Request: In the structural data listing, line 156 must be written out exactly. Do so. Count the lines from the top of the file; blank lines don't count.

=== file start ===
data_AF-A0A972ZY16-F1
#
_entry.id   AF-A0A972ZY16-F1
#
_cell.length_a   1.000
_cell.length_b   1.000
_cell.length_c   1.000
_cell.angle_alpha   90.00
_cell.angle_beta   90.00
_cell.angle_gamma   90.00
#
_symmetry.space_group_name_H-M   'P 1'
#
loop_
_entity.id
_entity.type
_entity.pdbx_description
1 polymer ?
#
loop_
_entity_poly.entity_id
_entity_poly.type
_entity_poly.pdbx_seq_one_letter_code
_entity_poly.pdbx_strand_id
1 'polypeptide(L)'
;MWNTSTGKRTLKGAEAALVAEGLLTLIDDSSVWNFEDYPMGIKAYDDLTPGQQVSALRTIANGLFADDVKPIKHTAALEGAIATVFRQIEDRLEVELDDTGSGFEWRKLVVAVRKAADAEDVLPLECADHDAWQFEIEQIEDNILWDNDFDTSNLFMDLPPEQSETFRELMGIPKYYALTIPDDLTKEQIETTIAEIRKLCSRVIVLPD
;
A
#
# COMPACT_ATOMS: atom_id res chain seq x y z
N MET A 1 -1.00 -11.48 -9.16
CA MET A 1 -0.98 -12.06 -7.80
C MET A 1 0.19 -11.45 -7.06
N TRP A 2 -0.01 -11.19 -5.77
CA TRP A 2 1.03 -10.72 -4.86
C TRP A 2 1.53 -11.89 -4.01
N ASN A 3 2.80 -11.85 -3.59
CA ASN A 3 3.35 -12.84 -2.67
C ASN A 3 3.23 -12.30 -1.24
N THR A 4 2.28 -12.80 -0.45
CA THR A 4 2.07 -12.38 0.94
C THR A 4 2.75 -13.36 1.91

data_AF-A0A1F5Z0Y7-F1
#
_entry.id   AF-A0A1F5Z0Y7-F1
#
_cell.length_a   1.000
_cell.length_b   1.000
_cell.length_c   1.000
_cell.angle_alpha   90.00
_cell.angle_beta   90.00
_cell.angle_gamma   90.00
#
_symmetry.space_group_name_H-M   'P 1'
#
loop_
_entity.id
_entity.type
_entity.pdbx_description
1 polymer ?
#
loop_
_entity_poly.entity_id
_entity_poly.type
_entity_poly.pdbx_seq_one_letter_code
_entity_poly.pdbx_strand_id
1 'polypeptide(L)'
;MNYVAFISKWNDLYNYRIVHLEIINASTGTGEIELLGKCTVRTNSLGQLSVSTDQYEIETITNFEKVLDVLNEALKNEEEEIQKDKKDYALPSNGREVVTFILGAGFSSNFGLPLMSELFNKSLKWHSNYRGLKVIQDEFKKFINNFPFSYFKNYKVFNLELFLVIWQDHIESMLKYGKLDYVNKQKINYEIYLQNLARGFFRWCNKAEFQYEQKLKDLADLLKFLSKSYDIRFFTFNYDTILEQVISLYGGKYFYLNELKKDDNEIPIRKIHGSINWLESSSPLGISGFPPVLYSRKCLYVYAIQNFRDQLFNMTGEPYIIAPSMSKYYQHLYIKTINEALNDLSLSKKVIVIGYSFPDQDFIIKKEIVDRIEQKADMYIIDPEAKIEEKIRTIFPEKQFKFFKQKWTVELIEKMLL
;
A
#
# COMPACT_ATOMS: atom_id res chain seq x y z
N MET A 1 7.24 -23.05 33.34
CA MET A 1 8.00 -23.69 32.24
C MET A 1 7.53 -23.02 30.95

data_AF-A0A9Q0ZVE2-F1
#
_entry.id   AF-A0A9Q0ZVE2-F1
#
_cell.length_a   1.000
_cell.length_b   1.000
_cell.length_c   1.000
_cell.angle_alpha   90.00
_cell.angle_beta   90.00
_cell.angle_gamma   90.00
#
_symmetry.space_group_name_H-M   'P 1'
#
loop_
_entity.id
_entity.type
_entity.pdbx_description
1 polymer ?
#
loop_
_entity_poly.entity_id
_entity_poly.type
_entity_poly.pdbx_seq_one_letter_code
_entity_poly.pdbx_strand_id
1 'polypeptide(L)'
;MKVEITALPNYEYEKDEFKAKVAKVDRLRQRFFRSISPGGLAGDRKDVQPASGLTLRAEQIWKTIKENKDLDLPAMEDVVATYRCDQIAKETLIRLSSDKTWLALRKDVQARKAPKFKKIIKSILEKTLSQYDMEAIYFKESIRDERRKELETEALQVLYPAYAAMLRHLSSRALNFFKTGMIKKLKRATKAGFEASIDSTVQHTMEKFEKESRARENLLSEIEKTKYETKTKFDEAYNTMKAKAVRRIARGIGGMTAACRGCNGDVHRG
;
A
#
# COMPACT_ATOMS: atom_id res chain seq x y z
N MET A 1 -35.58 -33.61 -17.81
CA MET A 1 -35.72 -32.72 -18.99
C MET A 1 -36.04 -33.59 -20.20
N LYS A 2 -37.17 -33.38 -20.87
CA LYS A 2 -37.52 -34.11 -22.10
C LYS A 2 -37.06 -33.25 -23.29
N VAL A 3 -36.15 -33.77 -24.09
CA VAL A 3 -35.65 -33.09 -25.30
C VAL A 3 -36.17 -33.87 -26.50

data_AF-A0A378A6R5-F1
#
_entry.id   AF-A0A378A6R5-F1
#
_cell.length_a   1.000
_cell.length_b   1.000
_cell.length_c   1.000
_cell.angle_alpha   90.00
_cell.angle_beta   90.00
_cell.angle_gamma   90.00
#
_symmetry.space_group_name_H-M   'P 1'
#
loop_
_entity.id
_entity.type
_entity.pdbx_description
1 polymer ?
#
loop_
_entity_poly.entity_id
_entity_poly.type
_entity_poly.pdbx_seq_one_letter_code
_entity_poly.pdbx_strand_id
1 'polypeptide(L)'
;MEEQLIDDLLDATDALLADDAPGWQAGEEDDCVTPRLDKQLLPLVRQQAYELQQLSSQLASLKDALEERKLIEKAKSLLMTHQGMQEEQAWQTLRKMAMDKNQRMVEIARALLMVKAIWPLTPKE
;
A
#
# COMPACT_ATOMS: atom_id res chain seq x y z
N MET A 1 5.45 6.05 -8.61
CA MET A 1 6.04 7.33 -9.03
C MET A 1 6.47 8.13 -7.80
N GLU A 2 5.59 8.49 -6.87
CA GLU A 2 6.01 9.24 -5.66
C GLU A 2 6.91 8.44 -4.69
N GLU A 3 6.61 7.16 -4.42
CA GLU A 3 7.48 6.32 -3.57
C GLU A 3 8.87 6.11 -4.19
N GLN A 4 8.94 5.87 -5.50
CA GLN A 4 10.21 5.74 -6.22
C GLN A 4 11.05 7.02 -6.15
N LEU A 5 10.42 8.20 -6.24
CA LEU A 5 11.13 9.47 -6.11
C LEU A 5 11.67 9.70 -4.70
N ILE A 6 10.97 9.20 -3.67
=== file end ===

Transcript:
C GLN A 4 11.05 7.02 -6.15